Chris Riddle, the official Halloween transponder for American Greetings, a major national manufacturer of Halloween party supplies and cards, has earned himself the nickname of “Mr. Halloween.” He has been a featured guest on HGTV, Fox News, and his Halloween Trend Observations, has been quoted in Time, USA Today, and The New York Times. We sat down with Chris to learn more about his cool job, his Halloween tattoos, and some of his favorite holiday memories. (You can also listen to this interview here.)
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Jason: Tell us a little bit about your job, what you do, and how you got to be known as Mr. Halloween.
Chris: Well, Mr. Halloween has followed me since my childhood. Being an artist I was always drawing, and it just so happened – this is a funny story – that way back, I want to say fourth, fifth, sixth grade, all the way through high school, they always had contests in Ohio where you would actually paint the outside of a business in any given city.
And so we’d start school and I was always sketching Halloween pumpkins and witches and all that. From fourth grade all the way through my senior year I won the contests for the school, and I was always out there painting Halloween stuff.
But I also have to thank my mom because she loved Halloween. Looking back on all the pictures that I have of the family, she was always the one that was most in-costume, with the biggest smile, encouraging us to carve pumpkins and make our own costumes at Halloween.
So, as you see all the time on TV with athletes, I’ve got to thank my mom. You know, it’s one of those things where it was real important. So that kind of followed me then when I started my career at American Greetings. Everyone found out that I was actually collecting Halloween antiques and that I had quite a history of that, and I have a couple tattoos that are Halloween tattoos.
It’s kind of weird. I like to play the scary one, so it’s been that way for a long time. In a sense, even though I started as an illustrator on the board at American Greetings and kind of worked myself up to an art director and all that, because I have such a love for the holiday and such an interest, they said, “Well, why don’t you help every year with trends? Think in terms of a year out, where we want to be in the way of color and subject matter. Work with as many of the staff as you need to to come up with new ideas based on a proven subject matter.”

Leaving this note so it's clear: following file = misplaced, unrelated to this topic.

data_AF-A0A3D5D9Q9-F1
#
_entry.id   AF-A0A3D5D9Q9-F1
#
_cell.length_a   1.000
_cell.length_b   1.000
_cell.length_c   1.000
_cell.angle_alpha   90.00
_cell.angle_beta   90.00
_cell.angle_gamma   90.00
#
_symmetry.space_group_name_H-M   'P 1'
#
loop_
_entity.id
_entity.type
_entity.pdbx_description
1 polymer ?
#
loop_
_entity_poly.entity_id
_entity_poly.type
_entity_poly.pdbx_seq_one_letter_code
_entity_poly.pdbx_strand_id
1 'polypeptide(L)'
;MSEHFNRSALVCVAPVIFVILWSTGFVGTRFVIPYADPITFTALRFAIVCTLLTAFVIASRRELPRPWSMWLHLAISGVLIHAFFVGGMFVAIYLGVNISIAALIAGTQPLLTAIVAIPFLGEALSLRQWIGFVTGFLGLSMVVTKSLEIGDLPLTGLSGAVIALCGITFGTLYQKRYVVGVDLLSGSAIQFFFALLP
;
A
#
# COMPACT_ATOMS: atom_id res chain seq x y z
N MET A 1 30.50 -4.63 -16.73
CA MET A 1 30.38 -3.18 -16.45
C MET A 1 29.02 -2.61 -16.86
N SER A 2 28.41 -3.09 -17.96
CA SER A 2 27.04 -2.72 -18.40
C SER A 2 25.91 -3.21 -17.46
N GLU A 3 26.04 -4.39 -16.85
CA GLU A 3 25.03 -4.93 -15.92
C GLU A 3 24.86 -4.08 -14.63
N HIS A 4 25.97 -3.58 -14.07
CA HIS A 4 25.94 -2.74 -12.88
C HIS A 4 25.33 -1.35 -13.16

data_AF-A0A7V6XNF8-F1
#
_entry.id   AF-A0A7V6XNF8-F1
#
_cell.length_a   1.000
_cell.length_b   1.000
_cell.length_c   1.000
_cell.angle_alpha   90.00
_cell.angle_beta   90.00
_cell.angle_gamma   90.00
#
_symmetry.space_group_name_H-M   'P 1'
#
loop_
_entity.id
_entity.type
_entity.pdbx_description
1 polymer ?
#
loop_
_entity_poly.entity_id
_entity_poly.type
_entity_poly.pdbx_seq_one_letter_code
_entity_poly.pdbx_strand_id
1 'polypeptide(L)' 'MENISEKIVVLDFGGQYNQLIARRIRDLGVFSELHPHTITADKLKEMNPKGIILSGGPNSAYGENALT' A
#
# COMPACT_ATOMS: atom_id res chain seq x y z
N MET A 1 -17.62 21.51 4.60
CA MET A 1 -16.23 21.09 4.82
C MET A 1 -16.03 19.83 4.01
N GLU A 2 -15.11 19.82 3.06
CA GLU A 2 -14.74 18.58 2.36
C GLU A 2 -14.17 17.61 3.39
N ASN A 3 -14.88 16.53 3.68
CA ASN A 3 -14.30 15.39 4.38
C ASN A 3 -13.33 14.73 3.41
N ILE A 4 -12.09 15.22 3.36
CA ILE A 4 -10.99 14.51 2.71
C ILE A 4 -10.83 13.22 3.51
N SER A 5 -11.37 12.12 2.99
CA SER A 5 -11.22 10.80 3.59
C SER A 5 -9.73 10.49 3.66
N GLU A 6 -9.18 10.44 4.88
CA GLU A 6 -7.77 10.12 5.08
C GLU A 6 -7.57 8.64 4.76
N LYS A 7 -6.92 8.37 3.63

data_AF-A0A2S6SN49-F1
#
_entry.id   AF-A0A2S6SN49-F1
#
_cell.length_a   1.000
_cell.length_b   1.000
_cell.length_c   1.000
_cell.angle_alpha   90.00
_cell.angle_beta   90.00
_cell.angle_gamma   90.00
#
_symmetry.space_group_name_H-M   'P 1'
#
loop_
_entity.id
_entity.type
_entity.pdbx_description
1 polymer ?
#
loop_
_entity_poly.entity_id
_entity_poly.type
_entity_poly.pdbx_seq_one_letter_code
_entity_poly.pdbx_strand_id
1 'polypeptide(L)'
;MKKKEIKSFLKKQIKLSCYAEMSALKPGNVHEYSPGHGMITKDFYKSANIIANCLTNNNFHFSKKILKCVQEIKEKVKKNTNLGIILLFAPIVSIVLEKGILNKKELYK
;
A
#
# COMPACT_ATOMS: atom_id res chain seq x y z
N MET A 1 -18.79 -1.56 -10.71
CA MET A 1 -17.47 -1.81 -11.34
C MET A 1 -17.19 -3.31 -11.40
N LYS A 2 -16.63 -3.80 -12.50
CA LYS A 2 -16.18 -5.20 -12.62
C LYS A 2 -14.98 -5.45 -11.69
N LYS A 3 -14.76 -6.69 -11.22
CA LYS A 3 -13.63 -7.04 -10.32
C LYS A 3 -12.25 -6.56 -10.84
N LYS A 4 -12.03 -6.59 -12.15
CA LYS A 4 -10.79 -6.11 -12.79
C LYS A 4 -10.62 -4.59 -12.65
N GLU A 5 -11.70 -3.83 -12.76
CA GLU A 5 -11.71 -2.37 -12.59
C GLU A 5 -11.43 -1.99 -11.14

So it was just the matter of then going out – it really starts about the end of August – and looking at a lot of different aspects. Mostly women’s fashion, because 95 percent of our products are bought by women. So you’re kind of looking at color.
We also have some color organizations in New York City that we are members of. We fly out to New York and look at the colors a couple years out at that point. But then you’re just projecting where you want to be the following year. I have a group of artists that do that, and it’s just wonderful to work with such creative people, but to also do something that is a part of your passion as well.
Jason: That’s cool. So what tattoos do you have?
Chris: Well it’s interesting. I also collect original turn of the century Wizard of Oz books, because I love The Wizard of Oz. In the actual second book, I think it was, Jack was a highly respected member of Oz, and so the tattoo I have on my leg actually has the pumpkin head of Jack and the symbol of Oz.
On my back I have a frowning and a smiling pumpkin.
And then I have the the pumpkin patch. The weeds and all the vines go down to other areas on my back. It’s something I’ve had for a while. But when you have a passion you don’t mind doing that kind of crazy stuff.
Well, my wife wasn’t happy, but hey, that’s just the way it is.
Kim: Oh, that’s so cool. Tell us a little bit about your antiques and memorabilia. How did that all begin and what’s your favorite item that you have?
Chris: Yes, it’s interesting. My parents passed away young and I inherited a lot of boxes. I found so much of my mom’s stuff that she had collected from the ‘40s and kept. I said, “Boy, now I know why she so loved Halloween as a family-oriented holiday.”
In my early 20s when my wife and I would travel around the United States, one of the first places I’d want to go visit would be the nearest antique store. Even though we might be at Mt. Rushmore or we might be in L.A., I was going through the Yellow Pages looking for antique stores. It just started clicking that way and it’s been probably well over close to 30 years that I’ve been collecting Halloween antiques, way before they got too expensive for people to do it.